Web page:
a receiving module configured to receive a plurality of data packets and one or more correction packets, each data packet comprising an order identifier and each correction packet corresponding to two or more of the plurality of data packets;
a data correction module configured to detect one or more missing data packets or corrupted data packets of the plurality of data packets based on the one or more correction packets and correct the one or more missing data packets or corrupted data packets of the plurality of data packets based on the one or more correction packets; and
an ordering module configured to place at least one out-of-order data packet of the plurality of data packets in one of a plurality of priority queues, the priority queue being selected based on the order identifier of the received out-of-order data packet, the priority queues having a capability to receive data packets in non-sequential order provide the one or more corrected data packets to the processor, determine if a time-out period has elapsed, the time-out period based in part on an interval length based on previously received sequential packets, and provide the at least one out-of-order data packet in the priority queue to the processor if the time-out period has elapsed, the queued data packets to be accessed by the processor in order from the plurality of priority queues according to the order identifiers of the data packets.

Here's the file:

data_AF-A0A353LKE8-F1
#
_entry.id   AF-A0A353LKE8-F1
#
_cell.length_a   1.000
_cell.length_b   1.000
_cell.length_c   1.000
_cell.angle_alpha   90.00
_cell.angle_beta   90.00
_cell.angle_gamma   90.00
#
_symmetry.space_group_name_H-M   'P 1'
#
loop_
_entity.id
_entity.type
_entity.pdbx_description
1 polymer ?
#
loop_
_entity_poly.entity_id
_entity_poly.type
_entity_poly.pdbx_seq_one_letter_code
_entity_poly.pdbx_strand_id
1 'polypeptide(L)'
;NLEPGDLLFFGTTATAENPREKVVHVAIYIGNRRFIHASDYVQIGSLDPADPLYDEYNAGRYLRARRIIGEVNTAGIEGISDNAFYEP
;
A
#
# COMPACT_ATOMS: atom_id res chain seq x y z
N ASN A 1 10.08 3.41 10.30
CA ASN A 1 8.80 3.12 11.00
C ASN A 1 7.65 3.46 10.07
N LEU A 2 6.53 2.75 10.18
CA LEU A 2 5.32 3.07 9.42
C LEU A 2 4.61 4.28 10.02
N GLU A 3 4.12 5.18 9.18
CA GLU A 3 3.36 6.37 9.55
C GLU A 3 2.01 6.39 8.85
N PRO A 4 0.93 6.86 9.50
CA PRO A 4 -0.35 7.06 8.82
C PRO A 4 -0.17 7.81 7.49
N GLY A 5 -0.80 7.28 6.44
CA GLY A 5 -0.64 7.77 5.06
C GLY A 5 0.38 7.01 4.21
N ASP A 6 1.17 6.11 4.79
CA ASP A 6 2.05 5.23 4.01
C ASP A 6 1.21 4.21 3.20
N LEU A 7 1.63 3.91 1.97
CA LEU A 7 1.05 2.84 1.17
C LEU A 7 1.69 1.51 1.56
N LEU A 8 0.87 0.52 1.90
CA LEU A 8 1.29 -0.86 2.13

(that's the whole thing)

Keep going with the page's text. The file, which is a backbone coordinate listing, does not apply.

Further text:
8. The system of claim 7, wherein the ordering module is further configured to calculate an interval length between receiving one of the plurality of data packets and providing the one or more corrected data packets.
9. The system of claim 7, wherein the time-out period is a moving average of at least one differential delay.
10. The system of claim 7, wherein the time-out period is based on a distribution of at least one differential delay.
11. The system of claim 7, wherein more than one data correction packets are received per frame.
12. The system of claim 7, wherein the ordering module is further configured to calculate a differential delay based on the time between data packets provided to the network device, and update an interval length based on the differential delay.